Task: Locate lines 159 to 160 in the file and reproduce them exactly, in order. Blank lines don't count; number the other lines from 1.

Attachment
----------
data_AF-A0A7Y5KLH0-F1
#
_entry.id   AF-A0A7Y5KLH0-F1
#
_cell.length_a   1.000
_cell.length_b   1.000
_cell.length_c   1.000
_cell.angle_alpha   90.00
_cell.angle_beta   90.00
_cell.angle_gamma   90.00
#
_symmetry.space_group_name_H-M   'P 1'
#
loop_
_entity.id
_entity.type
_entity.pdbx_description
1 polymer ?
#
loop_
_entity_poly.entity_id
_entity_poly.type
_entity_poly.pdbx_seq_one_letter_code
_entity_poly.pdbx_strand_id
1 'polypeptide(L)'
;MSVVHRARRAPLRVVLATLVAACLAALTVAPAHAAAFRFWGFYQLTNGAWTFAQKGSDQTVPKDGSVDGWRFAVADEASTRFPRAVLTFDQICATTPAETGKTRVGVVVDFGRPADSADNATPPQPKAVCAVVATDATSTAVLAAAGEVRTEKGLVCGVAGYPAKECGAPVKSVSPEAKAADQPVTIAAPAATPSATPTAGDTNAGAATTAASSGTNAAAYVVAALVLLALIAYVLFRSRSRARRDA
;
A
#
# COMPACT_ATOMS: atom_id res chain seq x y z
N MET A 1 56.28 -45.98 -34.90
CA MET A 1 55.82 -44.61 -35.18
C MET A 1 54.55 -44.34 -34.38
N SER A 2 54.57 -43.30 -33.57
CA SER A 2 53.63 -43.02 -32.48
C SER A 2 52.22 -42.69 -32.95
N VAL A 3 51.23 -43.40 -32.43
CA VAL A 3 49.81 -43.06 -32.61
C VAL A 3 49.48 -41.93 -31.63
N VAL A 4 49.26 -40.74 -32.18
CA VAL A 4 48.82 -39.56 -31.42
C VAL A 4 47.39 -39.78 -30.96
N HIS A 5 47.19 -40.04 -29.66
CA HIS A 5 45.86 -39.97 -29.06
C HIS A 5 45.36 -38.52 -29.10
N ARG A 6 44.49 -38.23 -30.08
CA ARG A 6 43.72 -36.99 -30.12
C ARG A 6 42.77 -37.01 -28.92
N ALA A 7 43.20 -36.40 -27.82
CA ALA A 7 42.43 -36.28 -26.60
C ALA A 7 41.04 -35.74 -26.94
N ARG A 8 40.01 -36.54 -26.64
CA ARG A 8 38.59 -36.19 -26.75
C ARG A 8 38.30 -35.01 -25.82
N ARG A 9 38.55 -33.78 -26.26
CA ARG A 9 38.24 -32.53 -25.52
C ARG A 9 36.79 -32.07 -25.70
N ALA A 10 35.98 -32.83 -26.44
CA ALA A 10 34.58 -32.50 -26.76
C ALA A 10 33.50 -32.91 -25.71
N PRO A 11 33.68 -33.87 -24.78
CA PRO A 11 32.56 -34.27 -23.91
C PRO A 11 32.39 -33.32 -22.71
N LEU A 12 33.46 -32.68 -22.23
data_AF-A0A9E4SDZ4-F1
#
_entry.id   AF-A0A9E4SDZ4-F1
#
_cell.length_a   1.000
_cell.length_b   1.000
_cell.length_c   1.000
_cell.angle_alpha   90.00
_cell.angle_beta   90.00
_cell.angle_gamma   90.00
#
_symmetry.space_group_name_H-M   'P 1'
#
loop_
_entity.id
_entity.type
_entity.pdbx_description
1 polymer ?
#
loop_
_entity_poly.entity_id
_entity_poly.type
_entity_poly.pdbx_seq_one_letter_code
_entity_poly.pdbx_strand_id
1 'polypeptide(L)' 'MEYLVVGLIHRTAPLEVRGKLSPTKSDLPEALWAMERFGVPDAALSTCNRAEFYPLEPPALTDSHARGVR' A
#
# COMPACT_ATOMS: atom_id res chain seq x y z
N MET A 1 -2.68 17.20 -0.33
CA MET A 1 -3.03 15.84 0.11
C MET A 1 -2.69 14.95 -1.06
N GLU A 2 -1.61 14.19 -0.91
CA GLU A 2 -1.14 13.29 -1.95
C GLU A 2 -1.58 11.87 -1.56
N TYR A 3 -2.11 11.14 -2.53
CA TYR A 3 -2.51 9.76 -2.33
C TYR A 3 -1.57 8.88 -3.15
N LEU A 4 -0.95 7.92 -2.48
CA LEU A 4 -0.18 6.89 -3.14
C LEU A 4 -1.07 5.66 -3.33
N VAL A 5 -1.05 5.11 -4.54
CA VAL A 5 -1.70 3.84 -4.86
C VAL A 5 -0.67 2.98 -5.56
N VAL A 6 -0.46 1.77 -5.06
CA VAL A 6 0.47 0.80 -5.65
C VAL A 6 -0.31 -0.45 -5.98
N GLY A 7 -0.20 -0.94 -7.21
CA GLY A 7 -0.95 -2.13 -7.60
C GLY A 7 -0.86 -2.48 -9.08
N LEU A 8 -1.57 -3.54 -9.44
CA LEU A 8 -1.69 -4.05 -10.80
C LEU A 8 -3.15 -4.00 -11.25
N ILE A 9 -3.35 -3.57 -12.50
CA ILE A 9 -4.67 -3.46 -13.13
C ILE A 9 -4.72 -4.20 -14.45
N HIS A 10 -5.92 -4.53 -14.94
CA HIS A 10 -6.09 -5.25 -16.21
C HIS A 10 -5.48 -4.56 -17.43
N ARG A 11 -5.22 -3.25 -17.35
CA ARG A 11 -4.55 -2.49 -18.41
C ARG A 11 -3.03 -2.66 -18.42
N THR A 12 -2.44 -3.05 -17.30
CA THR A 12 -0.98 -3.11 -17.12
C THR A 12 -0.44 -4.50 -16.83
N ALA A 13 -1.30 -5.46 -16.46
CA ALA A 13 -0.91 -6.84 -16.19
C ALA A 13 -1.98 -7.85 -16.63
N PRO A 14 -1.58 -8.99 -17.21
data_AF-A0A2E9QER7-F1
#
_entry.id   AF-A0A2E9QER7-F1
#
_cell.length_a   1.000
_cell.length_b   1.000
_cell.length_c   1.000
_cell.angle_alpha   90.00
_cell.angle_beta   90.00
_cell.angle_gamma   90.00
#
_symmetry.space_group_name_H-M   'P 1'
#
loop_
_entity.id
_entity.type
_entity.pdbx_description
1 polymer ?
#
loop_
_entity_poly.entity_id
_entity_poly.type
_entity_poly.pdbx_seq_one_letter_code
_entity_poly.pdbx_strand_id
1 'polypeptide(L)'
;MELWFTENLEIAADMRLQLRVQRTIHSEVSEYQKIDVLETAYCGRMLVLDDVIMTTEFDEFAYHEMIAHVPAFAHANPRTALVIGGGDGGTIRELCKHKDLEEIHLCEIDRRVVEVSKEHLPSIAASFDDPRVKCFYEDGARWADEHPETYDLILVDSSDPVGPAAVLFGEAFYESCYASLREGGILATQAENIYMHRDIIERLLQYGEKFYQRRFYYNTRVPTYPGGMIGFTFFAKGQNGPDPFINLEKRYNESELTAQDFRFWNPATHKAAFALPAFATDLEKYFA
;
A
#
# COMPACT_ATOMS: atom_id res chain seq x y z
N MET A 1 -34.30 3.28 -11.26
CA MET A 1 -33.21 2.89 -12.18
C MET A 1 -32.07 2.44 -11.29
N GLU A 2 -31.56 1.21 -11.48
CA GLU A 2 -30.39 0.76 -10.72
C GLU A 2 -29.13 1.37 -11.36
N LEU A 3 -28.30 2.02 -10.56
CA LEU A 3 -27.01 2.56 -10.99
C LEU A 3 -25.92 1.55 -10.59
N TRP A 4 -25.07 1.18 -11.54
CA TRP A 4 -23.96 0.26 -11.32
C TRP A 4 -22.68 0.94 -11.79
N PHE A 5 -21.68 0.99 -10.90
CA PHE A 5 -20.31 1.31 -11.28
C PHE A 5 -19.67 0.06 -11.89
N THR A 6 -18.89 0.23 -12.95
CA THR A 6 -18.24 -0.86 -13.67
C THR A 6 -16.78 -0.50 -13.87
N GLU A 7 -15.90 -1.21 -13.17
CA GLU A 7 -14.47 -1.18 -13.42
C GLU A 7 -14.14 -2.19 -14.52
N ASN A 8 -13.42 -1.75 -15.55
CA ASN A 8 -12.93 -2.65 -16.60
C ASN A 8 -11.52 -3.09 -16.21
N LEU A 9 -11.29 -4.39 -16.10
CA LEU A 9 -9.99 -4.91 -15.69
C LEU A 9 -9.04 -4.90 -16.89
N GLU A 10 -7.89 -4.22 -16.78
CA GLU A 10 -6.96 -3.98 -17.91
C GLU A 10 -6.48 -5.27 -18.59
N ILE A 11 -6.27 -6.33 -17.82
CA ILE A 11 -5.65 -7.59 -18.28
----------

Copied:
A
#